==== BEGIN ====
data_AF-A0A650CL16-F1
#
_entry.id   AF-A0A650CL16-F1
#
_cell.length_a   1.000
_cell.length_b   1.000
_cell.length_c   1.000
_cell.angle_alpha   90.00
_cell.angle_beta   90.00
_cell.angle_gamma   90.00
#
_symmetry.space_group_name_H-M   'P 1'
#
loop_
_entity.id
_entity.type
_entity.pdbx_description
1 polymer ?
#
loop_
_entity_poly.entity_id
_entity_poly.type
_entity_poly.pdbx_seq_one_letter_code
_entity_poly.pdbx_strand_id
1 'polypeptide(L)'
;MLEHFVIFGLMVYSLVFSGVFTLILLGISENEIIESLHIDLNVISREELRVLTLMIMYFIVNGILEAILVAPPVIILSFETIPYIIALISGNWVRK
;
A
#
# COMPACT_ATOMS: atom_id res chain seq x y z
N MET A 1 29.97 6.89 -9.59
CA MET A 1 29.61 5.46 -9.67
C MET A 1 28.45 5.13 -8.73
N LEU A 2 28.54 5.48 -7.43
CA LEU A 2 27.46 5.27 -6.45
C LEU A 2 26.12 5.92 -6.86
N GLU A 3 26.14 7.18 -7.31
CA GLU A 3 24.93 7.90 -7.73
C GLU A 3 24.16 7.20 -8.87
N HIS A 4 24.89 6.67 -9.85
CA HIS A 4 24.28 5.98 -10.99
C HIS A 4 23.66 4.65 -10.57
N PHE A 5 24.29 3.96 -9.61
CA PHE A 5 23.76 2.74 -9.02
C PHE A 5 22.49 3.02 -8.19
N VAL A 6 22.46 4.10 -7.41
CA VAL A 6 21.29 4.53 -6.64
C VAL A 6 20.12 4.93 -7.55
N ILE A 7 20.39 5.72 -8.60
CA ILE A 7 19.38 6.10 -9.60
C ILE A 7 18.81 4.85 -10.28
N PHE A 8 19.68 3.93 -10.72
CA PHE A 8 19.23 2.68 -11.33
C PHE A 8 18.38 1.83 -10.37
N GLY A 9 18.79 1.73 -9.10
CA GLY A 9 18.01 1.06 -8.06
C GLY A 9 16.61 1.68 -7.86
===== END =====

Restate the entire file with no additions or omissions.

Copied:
data_AF-A0A650CL16-F1
#
_entry.id   AF-A0A650CL16-F1
#
_cell.length_a   1.000
_cell.length_b   1.000
_cell.length_c   1.000
_cell.angle_alpha   90.00
_cell.angle_beta   90.00
_cell.angle_gamma   90.00
#
_symmetry.space_group_name_H-M   'P 1'
#
loop_
_entity.id
_entity.type
_entity.pdbx_description
1 polymer ?
#
loop_
_entity_poly.entity_id
_entity_poly.type
_entity_poly.pdbx_seq_one_letter_code
_entity_poly.pdbx_strand_id
1 'polypeptide(L)'
;MLEHFVIFGLMVYSLVFSGVFTLILLGISENEIIESLHIDLNVISREELRVLTLMIMYFIVNGILEAILVAPPVIILSFETIPYIIALISGNWVRK
;
A
#
# COMPACT_ATOMS: atom_id res chain seq x y z
N MET A 1 29.97 6.89 -9.59
CA MET A 1 29.61 5.46 -9.67
C MET A 1 28.45 5.13 -8.73
N LEU A 2 28.54 5.48 -7.43
CA LEU A 2 27.46 5.27 -6.45
C LEU A 2 26.12 5.92 -6.86
N GLU A 3 26.14 7.18 -7.31
CA GLU A 3 24.93 7.90 -7.73
C GLU A 3 24.16 7.20 -8.87
N HIS A 4 24.89 6.67 -9.85
CA HIS A 4 24.28 5.98 -10.99
C HIS A 4 23.66 4.65 -10.57
N PHE A 5 24.29 3.96 -9.61
CA PHE A 5 23.76 2.74 -9.02
C PHE A 5 22.49 3.02 -8.19
N VAL A 6 22.46 4.10 -7.41
CA VAL A 6 21.29 4.53 -6.64
C VAL A 6 20.12 4.93 -7.55
N ILE A 7 20.39 5.72 -8.60
CA ILE A 7 19.38 6.10 -9.60
C ILE A 7 18.81 4.85 -10.28
N PHE A 8 19.68 3.93 -10.72
CA PHE A 8 19.23 2.68 -11.33
C PHE A 8 18.38 1.83 -10.37
N GLY A 9 18.79 1.73 -9.10
CA GLY A 9 18.01 1.06 -8.06
C GLY A 9 16.61 1.68 -7.86